"Just because it's here, and it's pretty, doesn't mean that it's what should be here."
The plague of invasive species that have wreaked havoc on our environment is now almost commonplace. Many of us are familiar with the high profile invaders like the Zebra Mussel and Round Goby, but many invasives escape detection until it's far too late to stem the flood.
Invasive plants are a prime example. Many are quite beautiful, and other than stopping to smell them, we often think nothing of their presence.
"By the time the public is aware of a specific species, by the time they're seeing it everywhere and wondering what it is, it's already to the point where it's really outside of our ability to manage effectively or eradicate, which is really the goal for a lot of the species," explains Andrea Locke, WNY PRISM Coordinator.
These lovely invaders are often unwittingly planted in home gardens, or in the case of aquatic vegetation, are cultivated in aquariums. Eventually they end up in the wild.
"I don't believe that anyone intentionally brought over an invasive species thinking, 'this is definitely going to cause some havoc, let's put this outside.' It has all been innocent, but that's where we can step in. We can say that we're not going to be planting invasive plants in our landscaping. We're going to stick to native or non-invasive plants," said Locke.
In their natural habitat, these plants are kept in check by nature's control, but those elements are not present in their new environment. That is why they cause so much trouble.
"Invasive species tend to have a competitive advantage over our native species. That competitive advantage may simply be they don't have any natural predators, so while our native species are busy getting eaten, the invasive species are not. It could also be that certain alterations to our habitat have just made it more favorable for invasive species," said Locke.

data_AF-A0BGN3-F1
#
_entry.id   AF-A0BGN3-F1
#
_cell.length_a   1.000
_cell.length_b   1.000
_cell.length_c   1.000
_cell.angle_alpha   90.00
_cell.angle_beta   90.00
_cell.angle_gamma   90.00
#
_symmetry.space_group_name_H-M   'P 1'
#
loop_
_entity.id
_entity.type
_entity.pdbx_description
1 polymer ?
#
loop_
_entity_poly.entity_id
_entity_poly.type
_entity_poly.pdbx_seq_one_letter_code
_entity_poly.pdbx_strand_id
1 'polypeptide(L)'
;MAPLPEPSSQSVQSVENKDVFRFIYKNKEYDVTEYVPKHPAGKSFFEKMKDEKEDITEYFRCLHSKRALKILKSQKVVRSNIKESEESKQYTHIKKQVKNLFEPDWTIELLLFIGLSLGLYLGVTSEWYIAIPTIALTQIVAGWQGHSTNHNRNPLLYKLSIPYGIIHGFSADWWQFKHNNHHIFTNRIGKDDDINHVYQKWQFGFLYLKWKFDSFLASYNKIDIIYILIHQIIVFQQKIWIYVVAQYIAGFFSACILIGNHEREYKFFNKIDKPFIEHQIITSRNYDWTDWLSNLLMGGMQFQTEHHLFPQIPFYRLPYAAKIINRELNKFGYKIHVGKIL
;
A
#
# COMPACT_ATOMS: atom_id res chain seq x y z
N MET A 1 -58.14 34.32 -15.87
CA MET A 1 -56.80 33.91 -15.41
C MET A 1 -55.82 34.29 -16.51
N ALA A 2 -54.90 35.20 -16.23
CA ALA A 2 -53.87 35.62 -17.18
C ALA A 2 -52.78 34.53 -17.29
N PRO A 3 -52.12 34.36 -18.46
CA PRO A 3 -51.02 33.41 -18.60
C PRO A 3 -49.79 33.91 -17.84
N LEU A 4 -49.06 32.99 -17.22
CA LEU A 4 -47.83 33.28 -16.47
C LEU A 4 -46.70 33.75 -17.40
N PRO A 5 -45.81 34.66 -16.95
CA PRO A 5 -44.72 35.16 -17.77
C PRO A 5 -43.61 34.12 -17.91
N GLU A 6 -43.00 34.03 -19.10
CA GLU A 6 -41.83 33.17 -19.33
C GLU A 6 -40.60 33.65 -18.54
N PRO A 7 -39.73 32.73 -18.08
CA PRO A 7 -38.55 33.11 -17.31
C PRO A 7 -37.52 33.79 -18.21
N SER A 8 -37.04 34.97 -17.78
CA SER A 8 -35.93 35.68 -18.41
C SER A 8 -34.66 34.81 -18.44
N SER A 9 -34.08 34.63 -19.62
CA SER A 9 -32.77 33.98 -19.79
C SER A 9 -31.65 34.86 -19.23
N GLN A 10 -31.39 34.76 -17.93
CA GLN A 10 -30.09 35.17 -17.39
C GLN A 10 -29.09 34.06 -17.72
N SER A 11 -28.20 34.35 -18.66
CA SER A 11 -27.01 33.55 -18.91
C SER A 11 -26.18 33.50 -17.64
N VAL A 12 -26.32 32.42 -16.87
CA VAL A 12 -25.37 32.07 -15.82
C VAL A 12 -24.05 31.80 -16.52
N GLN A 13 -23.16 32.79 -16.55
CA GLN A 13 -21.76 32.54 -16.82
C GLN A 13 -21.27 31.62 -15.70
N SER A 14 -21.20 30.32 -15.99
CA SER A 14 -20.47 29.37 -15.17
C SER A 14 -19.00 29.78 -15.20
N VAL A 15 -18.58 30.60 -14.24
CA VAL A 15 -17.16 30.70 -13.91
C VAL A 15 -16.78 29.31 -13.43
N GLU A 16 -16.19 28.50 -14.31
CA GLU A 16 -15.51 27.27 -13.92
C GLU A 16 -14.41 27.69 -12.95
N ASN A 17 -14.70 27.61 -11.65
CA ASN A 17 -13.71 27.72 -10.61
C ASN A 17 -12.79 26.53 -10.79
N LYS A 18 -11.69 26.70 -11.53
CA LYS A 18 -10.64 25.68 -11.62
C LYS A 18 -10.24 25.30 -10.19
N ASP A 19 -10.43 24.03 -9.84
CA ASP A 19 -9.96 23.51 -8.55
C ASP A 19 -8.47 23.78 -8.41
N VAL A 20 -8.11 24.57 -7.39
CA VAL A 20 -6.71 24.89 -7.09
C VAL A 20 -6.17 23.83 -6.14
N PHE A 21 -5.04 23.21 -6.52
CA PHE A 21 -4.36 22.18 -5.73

Some of these stunning plants, like Giant Hogweed and Wild Parsnip, can cause serious damage to the human body. Their sap causes photo sensitive burns, but the real damage goes far beyond that. "When we think about human health impact, it isn't always this plant causes this damage," says Locke.
"We have to think about water quality, we have to think about air quality, and a lot of our invasive species just do not provide the same ecosystem services that our native species do."
There are a number of groups that are fighting to get invasives under control, including WNY Prism, which is part of a statewide program. However, Locke believes that the citizen scientist remains one of the most effective weapons in their arsenal.
"With WNY Prism, we cover the eight western most counties in New York State, and that's a very large area. For the most part, I have a seasonal crew for three months out of the year, and they do a lot of work. They get a lot done, but we really depend on those citizen scientists, those volunteers, everyday people out there making changes, because we can't do it on our own. We need that help," said Locke.
For more information about WNY PRISM, click here